Jehu, what is your philosophy?

by Jehu

I received this request from @RealRomCade:

“Could you go over your whole philosophy with me. Not debating, I’m just not sure I quite understand it all seems really complex I’d like to understand. If you have the time of course.”

A good deal of what I write might appear obscure to most people. This, of course, in large part results from my poor writing skills. But it is also caused by the nature of the argument I am making, as well as the nature of the political position against which I am arguing.

To be honest, it is not always clear from my writing what I think the two sides are in this debate. I want to try to rectify this somewhat in the following discussion. The argument I will be making here is a logical one. As such I will discuss labor theory of value only briefly. I want to explain the logic behind my approach, not so much the theory that underlines that logic. If you want to know more about the theory that, I think, supports my approach, you will have to read Marx’s Capital.

If I am successful, you should have a better idea of the logic of my main argument. If I am unsuccessful you can post questions in the comments section and I will clarify my points.


My central thesis

My central argument is mostly unremarkable: all of the problems identified on the Left, from poverty to climate change, basically stem from the system of wage slavery.

This concept, although very simple, contradicts the dominant, political approach on the Left to social problems, which see each problem as discrete and separate. For instance, the political approach sees the problem of climate change as having no real material relation with, and even, to some extent, complicating a solution to the problem of poverty and vice versa. Some folks who are very interested in climate change, for instance, think we must accept degrowth as the price to maintain sustainable growth. There is, they allege, a tradeoff between eradicating poverty and stopping climate change.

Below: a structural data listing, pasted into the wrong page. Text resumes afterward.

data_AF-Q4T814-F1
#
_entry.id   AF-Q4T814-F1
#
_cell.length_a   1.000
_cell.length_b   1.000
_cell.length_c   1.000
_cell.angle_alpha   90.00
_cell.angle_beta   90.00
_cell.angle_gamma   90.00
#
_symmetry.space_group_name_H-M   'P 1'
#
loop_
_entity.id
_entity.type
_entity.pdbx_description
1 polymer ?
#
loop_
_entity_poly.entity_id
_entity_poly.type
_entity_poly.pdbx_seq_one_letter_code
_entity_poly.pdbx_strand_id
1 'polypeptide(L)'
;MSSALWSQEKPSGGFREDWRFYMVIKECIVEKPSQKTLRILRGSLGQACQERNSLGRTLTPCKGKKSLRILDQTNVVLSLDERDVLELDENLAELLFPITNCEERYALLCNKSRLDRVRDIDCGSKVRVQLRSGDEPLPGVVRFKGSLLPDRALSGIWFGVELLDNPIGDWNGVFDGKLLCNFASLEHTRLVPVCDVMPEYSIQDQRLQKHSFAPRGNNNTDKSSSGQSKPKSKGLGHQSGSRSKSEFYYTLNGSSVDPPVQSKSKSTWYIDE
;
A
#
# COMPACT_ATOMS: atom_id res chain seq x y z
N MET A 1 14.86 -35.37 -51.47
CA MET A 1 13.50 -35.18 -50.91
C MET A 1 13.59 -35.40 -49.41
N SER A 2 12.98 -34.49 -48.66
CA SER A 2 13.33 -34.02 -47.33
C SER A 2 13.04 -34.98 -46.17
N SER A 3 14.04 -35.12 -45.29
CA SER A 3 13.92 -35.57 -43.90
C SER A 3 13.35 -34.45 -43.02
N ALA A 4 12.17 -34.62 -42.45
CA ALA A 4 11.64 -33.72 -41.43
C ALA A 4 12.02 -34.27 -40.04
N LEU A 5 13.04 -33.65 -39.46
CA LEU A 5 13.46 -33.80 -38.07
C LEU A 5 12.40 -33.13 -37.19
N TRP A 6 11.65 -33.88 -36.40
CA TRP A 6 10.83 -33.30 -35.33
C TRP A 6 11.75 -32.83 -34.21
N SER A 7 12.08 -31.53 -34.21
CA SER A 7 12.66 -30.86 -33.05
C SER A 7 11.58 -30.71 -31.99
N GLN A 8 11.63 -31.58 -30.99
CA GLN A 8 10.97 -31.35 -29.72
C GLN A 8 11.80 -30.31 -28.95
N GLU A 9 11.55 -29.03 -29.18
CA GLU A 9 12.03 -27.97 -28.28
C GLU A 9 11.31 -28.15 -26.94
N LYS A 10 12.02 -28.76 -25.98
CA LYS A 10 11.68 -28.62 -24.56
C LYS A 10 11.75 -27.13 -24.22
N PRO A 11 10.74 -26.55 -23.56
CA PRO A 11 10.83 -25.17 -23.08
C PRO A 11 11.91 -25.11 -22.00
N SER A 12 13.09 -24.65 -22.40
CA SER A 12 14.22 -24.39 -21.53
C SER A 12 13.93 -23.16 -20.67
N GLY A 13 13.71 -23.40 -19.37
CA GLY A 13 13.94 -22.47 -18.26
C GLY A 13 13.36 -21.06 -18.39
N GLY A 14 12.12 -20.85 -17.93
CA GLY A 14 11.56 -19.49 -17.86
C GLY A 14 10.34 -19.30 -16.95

By contrast I think all the issues we care about today — poverty, inequality, war and aggression, climate change, budget deficits, etc. — can be traced to the fact that hours of labor are too long.

The problem with politics

It would be an understatement to say my view is far from popular today. The political system is structured in such a way that we are used to looking for particular solutions for each of a laundry list of problems. This pragmatic, technical approach to problems, which tries to design specific solutions to each identified social ill, is entirely unworkable.

In the first place, a political approach is unworkable because people can attention to so many issues at once. If I care about poverty, climate change and employment, I am less attentive to foreign wars, budget deficits and police killings.